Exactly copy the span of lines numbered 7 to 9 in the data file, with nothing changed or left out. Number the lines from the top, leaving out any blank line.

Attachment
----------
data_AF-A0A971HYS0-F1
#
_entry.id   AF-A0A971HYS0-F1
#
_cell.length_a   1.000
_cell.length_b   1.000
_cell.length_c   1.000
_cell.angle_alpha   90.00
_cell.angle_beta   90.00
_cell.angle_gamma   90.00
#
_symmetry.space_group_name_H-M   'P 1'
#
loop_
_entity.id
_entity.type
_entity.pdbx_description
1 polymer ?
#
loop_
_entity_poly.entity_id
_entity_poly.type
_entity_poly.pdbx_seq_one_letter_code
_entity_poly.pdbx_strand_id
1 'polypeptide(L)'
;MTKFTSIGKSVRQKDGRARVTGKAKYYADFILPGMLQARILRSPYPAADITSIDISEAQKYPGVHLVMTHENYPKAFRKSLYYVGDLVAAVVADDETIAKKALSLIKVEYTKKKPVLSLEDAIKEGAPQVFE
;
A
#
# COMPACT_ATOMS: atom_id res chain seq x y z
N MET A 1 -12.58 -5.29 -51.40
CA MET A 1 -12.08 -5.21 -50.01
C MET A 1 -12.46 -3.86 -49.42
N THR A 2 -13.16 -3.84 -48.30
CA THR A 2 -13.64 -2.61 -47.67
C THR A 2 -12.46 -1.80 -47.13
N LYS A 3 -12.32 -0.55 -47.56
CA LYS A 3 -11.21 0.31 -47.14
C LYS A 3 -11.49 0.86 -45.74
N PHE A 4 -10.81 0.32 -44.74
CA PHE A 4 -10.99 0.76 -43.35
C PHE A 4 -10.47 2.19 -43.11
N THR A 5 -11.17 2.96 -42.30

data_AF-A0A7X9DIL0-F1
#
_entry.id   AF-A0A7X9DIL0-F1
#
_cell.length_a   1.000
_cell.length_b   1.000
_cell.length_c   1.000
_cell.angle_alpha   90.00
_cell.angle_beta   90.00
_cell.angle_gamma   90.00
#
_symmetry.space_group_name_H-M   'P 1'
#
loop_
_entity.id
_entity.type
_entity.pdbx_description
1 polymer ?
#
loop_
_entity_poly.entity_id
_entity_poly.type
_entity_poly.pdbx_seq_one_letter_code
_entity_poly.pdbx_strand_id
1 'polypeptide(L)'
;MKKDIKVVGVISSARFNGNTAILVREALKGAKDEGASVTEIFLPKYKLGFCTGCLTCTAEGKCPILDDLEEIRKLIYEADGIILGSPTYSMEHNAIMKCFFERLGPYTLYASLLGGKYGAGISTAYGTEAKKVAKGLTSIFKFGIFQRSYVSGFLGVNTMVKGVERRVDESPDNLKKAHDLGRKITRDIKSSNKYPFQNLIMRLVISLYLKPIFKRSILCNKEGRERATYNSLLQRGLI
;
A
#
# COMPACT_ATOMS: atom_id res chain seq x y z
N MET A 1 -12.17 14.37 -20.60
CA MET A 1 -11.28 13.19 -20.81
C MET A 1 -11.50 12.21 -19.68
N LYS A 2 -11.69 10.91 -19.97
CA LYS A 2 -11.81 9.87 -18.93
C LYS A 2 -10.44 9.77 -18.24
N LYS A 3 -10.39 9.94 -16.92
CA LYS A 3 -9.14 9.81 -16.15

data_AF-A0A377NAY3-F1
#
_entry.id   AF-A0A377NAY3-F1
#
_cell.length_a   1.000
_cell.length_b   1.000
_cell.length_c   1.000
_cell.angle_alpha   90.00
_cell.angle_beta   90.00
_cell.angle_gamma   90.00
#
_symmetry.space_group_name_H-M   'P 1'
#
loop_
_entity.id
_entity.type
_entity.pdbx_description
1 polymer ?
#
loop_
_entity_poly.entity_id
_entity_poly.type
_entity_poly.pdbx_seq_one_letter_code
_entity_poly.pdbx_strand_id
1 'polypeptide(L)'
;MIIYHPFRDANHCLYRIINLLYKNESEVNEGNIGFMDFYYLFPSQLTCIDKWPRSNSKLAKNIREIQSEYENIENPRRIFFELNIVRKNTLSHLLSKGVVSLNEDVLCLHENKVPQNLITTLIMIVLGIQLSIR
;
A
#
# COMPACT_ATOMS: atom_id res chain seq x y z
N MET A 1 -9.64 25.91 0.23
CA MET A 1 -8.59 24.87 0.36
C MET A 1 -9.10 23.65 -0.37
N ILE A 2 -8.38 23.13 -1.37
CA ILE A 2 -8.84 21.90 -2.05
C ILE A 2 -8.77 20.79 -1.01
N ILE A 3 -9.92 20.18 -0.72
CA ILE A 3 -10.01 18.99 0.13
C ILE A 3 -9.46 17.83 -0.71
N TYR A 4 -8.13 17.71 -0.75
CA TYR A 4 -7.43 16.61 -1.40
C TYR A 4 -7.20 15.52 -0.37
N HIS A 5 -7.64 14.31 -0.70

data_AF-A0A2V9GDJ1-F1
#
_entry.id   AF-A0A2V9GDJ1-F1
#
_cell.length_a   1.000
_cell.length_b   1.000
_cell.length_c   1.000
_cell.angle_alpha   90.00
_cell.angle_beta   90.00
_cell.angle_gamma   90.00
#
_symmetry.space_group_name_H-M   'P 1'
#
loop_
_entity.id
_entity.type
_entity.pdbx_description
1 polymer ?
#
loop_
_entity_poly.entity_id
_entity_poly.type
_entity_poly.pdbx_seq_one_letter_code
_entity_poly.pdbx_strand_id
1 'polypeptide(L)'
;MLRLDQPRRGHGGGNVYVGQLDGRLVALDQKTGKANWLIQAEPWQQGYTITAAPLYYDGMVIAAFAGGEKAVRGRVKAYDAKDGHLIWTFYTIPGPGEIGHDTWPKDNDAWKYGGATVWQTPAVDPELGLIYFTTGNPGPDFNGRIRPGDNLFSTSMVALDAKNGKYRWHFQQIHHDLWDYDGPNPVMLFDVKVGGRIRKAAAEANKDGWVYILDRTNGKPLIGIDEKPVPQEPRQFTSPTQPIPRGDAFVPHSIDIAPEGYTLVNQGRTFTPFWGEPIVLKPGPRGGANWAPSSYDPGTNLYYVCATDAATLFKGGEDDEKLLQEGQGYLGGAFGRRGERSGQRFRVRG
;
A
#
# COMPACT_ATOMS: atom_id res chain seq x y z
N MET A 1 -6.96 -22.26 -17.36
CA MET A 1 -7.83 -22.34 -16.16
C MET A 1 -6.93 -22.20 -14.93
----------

_cell.length_c   1.000
_cell.angle_alpha   90.00
_cell.angle_beta   90.00